State Fair 2014

We went to the State Fair yesterday. As always, the sheer scale of the thing was stunning. Literally. Maybe a city exists, somewhere in the Orient, as crowded as the Minnesota State Fair, but I haven’t been there:


The Midway is where the rides are. Also the hairy lady, some sort of dwarf, and other oddities used to be exhibited there. Are they still? I don’t know. But the Midway is still a haven for society’s fringes. A couple of years ago, a (true) report spread among workers on the Midway–carnival guys–that the police were coming in the morning to arrest somebody on an outstanding warrant. Most of them disappeared over night. We only skirted the Midway since, as I noted on Instagram, I would rather get a root canal than go on most of the rides:


We don’t go in for the weirder sorts of fair food–deep-fried alligator on a stick, chocolate-covered bacon, and so on–so I stuck with beer and brisket:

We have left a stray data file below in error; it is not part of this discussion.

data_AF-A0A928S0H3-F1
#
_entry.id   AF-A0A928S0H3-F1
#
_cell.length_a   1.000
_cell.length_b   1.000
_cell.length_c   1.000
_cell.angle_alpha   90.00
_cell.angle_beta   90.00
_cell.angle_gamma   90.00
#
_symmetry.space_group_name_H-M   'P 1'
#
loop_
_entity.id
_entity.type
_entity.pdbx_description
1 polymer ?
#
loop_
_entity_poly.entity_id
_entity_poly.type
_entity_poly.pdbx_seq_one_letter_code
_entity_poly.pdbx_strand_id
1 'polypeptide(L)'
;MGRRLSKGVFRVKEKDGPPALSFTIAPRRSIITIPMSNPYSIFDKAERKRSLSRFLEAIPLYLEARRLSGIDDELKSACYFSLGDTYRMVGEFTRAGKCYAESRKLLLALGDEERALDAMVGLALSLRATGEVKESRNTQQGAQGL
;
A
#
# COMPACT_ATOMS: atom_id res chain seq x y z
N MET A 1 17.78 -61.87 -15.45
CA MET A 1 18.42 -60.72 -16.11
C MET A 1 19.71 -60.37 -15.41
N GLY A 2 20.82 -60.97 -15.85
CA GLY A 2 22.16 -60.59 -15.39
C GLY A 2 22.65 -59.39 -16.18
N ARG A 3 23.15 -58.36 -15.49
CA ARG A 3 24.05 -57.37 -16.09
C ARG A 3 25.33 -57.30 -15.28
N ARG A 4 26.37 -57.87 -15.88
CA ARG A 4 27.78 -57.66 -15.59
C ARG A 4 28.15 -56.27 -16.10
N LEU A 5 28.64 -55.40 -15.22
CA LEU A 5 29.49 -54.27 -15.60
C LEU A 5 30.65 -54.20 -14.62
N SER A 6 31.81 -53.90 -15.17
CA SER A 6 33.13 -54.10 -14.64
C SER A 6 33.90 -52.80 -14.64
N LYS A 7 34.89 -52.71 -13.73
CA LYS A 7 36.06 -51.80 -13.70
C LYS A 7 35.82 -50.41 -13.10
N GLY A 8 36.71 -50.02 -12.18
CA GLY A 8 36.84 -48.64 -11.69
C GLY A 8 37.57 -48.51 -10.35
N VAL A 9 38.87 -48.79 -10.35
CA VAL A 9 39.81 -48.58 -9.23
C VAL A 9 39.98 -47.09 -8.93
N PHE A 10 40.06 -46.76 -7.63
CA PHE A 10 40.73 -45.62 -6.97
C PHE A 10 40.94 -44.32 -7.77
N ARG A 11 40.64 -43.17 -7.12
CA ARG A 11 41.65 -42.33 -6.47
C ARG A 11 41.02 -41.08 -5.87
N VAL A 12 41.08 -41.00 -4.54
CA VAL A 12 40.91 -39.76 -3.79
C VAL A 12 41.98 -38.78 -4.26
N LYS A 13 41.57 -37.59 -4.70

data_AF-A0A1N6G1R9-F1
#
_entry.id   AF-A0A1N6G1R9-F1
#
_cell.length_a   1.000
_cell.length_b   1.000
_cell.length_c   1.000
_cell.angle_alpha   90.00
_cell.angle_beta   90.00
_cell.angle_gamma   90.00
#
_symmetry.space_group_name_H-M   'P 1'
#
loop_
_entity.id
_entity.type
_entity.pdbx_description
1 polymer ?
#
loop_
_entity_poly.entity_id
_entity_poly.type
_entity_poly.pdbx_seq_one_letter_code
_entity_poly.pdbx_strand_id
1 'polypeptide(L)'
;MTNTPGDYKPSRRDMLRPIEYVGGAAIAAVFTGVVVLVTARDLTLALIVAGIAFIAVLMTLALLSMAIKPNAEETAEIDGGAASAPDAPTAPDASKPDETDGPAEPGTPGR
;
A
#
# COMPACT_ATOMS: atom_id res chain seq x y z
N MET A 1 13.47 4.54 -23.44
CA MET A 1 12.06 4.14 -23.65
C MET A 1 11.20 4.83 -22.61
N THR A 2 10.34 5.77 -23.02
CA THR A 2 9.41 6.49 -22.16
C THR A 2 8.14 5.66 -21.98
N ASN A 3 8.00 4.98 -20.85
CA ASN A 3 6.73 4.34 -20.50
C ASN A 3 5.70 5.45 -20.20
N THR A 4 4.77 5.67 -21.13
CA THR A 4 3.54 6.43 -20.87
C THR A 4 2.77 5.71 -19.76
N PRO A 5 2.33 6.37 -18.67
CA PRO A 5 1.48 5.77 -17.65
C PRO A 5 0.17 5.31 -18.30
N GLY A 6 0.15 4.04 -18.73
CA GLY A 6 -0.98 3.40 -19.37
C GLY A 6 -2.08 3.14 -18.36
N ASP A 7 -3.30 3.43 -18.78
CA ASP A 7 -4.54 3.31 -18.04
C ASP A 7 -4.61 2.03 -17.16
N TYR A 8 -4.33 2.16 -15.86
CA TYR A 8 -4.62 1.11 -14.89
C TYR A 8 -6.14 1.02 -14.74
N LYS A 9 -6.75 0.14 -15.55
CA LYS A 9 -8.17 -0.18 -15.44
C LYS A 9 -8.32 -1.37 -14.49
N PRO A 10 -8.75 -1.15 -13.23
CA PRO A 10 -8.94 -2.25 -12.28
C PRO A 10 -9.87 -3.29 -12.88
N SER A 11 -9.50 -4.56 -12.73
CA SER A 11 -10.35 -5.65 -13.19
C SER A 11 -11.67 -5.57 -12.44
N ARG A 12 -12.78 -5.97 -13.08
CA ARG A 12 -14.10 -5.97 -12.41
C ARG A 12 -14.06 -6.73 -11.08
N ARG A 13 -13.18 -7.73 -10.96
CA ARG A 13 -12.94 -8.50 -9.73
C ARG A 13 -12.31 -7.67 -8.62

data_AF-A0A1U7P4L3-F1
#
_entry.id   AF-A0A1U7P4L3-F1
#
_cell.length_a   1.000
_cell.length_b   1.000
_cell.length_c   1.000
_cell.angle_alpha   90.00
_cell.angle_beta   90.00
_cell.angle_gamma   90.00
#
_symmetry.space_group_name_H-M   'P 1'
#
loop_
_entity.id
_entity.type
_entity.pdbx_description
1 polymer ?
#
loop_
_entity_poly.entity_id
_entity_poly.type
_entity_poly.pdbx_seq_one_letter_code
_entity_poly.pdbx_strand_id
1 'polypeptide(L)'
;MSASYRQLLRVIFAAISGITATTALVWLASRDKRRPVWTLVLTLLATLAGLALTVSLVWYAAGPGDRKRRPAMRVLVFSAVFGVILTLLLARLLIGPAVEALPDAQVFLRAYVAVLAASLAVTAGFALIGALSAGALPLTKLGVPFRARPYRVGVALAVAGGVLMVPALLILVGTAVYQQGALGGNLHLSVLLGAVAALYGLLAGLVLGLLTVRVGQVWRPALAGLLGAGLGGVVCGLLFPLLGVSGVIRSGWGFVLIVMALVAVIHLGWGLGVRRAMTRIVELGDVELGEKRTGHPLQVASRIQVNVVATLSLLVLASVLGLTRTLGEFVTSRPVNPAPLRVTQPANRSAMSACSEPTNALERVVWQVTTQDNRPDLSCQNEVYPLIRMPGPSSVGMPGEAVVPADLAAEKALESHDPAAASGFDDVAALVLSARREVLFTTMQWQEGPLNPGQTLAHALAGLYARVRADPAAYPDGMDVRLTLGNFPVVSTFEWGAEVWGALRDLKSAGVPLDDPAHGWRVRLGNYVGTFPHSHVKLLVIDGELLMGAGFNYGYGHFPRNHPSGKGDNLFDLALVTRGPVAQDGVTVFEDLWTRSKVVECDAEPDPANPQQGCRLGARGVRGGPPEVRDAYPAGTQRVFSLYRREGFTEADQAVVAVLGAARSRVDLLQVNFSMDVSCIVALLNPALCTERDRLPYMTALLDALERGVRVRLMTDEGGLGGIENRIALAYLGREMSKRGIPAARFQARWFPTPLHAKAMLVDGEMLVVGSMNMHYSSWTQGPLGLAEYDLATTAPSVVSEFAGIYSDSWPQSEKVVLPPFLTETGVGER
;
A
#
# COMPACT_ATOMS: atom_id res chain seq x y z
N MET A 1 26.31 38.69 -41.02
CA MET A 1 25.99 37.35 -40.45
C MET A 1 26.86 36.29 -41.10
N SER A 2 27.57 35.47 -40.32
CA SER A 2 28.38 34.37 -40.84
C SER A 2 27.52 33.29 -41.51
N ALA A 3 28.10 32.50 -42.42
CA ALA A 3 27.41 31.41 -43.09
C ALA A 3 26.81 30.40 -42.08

The Seed Art exhibit in the Horticulture Building is always popular. Oddly, seed art leans toward the Left, politically (in Minnesota, anyway). I believe several Ph.D. dissertations have explored this phenomenon. I am glad to report that this year, there were no anti-George W. Bush works, nor any pro-gay marriage ones, either. I guess both of those battles are over, for different reasons. I liked this one a lot: it transports a familiar work of art, executed in corn and other seeds, to Minneapolis’s St. Anthony Falls:


Why would anyone carve sculptures out of butter? If you have to ask, you don’t live in a dairy state:


The Fair is beautiful at night. This is the horticulture building:


More fair at night, with the grandstand in the background. Kid Rock played the grandstand last night. He seems like a state fair kind of guy:


And, finally, Love From Minnesota, with my wife and youngest daughter (barely) visible in the foreground:


The fair is open for 12 days, and one year they went on seven of them. That won’t happen this year; my daughter has a job. Time marches inexorably on. But not at the fair, where those in search of lost time can generally find it.


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